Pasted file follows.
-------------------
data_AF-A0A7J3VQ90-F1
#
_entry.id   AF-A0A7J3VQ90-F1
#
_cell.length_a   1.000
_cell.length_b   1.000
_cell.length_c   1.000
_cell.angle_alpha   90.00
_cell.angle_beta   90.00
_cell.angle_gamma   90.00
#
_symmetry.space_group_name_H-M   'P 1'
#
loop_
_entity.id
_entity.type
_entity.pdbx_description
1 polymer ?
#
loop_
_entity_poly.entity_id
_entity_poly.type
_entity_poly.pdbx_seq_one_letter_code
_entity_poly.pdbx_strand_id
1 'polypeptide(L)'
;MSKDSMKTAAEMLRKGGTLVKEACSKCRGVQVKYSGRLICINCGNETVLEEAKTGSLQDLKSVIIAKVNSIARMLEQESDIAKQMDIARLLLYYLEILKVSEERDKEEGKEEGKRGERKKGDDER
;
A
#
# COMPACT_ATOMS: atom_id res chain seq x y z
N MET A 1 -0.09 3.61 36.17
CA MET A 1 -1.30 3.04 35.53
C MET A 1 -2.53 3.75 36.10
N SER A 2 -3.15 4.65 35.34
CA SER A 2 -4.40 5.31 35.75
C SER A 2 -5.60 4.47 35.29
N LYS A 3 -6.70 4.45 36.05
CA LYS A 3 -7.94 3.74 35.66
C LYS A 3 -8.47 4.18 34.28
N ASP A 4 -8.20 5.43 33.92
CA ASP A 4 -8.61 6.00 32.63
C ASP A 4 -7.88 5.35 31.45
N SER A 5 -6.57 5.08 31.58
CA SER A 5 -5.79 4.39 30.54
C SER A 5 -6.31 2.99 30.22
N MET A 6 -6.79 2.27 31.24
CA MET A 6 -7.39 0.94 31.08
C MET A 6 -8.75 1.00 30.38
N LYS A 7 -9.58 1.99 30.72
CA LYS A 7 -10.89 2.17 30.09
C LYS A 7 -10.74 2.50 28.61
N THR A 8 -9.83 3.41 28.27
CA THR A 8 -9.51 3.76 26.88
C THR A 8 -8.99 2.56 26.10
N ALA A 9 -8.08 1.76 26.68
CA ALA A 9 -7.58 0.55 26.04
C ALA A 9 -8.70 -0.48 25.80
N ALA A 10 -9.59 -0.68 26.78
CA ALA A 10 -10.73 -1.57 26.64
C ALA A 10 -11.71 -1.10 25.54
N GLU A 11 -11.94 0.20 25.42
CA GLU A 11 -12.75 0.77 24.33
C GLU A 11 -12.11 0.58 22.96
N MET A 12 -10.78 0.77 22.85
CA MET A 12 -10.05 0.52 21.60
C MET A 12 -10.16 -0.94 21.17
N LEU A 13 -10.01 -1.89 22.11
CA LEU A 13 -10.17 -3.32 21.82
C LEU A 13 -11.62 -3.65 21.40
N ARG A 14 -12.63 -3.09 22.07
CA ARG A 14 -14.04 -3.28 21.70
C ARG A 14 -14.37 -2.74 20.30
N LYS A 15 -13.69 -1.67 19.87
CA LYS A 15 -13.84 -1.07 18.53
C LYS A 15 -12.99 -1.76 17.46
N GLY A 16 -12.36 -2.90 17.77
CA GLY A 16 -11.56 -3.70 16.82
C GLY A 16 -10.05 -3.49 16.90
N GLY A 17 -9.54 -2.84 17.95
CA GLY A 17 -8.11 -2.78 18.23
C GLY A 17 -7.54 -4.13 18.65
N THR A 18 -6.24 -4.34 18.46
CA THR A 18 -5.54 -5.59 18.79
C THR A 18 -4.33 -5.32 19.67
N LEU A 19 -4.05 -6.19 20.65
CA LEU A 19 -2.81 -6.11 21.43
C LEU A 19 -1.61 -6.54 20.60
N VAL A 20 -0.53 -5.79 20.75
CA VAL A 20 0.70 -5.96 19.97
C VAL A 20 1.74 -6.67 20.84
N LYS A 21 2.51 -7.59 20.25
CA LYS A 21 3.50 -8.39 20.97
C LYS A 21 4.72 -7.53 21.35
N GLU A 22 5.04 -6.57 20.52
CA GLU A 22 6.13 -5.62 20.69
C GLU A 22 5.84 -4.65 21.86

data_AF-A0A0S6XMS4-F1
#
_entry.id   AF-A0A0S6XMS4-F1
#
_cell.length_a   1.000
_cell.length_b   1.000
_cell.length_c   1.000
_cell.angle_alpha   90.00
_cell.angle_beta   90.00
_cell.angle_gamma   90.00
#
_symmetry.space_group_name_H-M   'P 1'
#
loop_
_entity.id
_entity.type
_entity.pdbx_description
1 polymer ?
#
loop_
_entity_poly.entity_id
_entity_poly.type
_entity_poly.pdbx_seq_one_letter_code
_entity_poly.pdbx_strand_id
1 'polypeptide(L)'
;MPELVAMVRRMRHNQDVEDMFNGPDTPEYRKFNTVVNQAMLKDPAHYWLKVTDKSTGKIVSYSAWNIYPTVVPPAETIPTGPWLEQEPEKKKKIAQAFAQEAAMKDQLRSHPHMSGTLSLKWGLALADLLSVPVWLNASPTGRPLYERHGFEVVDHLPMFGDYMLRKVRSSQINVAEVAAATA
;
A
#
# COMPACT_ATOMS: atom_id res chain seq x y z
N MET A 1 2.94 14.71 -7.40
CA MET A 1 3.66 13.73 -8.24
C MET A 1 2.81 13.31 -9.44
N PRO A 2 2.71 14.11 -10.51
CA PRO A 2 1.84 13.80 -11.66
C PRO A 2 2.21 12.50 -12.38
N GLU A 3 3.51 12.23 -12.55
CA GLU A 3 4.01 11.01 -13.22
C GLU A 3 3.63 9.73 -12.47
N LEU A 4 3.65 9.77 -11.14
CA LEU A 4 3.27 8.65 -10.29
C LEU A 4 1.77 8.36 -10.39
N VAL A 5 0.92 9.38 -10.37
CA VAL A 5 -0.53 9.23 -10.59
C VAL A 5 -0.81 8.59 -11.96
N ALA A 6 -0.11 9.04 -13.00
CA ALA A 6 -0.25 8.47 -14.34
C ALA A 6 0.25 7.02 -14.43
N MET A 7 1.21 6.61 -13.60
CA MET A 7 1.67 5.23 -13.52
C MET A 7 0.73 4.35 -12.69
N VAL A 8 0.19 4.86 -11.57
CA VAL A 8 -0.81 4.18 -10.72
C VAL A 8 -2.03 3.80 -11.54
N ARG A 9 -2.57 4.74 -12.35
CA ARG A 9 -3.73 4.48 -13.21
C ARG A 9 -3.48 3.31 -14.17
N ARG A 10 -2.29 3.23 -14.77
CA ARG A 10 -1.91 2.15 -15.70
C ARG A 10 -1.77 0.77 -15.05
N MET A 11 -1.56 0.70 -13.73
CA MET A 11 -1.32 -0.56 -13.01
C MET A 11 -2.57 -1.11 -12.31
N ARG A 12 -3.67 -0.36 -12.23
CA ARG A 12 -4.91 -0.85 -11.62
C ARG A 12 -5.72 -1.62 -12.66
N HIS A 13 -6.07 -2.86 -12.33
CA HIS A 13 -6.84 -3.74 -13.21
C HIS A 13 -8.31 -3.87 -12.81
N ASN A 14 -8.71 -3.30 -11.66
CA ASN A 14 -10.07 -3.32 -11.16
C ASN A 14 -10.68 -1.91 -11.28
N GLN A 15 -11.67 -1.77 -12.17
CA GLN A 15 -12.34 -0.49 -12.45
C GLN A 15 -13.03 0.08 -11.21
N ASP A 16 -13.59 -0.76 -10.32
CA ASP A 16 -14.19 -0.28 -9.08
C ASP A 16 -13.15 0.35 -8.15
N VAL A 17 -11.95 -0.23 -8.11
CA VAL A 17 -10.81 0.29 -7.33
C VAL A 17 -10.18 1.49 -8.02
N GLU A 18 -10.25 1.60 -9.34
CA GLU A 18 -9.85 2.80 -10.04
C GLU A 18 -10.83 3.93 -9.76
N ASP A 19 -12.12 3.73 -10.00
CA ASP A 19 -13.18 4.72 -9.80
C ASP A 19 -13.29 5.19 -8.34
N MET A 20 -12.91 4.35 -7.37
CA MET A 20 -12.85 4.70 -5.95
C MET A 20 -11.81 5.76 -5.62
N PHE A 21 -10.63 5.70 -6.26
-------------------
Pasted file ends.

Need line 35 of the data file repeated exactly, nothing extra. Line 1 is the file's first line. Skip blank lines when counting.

CA SER A 2 -4.40 5.31 35.75